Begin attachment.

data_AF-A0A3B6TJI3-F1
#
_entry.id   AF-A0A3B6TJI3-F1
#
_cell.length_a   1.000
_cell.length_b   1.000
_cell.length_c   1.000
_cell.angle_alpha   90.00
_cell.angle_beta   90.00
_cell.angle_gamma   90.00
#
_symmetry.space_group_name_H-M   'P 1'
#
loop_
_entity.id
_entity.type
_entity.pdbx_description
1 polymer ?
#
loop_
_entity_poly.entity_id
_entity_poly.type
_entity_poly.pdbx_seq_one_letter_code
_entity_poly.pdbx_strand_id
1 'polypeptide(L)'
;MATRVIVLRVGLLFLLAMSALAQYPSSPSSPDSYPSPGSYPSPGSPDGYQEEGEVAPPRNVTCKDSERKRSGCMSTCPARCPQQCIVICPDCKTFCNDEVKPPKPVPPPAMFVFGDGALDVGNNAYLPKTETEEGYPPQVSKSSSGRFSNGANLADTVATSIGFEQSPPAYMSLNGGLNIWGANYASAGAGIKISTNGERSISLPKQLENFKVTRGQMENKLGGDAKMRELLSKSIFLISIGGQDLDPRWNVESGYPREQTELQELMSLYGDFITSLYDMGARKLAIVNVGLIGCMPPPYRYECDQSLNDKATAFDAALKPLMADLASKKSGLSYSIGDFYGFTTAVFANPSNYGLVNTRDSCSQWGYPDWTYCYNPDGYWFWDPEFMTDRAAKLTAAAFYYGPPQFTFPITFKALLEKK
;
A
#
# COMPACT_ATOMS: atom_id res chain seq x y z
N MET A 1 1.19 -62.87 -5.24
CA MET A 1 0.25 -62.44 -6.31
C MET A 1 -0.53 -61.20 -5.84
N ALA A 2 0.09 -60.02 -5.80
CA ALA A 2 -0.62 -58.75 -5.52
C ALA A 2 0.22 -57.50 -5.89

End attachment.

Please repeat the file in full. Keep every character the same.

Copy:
data_AF-A0A3B6TJI3-F1
#
_entry.id   AF-A0A3B6TJI3-F1
#
_cell.length_a   1.000
_cell.length_b   1.000
_cell.length_c   1.000
_cell.angle_alpha   90.00
_cell.angle_beta   90.00
_cell.angle_gamma   90.00
#
_symmetry.space_group_name_H-M   'P 1'
#
loop_
_entity.id
_entity.type
_entity.pdbx_description
1 polymer ?
#
loop_
_entity_poly.entity_id
_entity_poly.type
_entity_poly.pdbx_seq_one_letter_code
_entity_poly.pdbx_strand_id
1 'polypeptide(L)'
;MATRVIVLRVGLLFLLAMSALAQYPSSPSSPDSYPSPGSYPSPGSPDGYQEEGEVAPPRNVTCKDSERKRSGCMSTCPARCPQQCIVICPDCKTFCNDEVKPPKPVPPPAMFVFGDGALDVGNNAYLPKTETEEGYPPQVSKSSSGRFSNGANLADTVATSIGFEQSPPAYMSLNGGLNIWGANYASAGAGIKISTNGERSISLPKQLENFKVTRGQMENKLGGDAKMRELLSKSIFLISIGGQDLDPRWNVESGYPREQTELQELMSLYGDFITSLYDMGARKLAIVNVGLIGCMPPPYRYECDQSLNDKATAFDAALKPLMADLASKKSGLSYSIGDFYGFTTAVFANPSNYGLVNTRDSCSQWGYPDWTYCYNPDGYWFWDPEFMTDRAAKLTAAAFYYGPPQFTFPITFKALLEKK
;
A
#
# COMPACT_ATOMS: atom_id res chain seq x y z
N MET A 1 1.19 -62.87 -5.24
CA MET A 1 0.25 -62.44 -6.31
C MET A 1 -0.53 -61.20 -5.84
N ALA A 2 0.09 -60.02 -5.80
CA ALA A 2 -0.62 -58.75 -5.52
C ALA A 2 0.22 -57.50 -5.89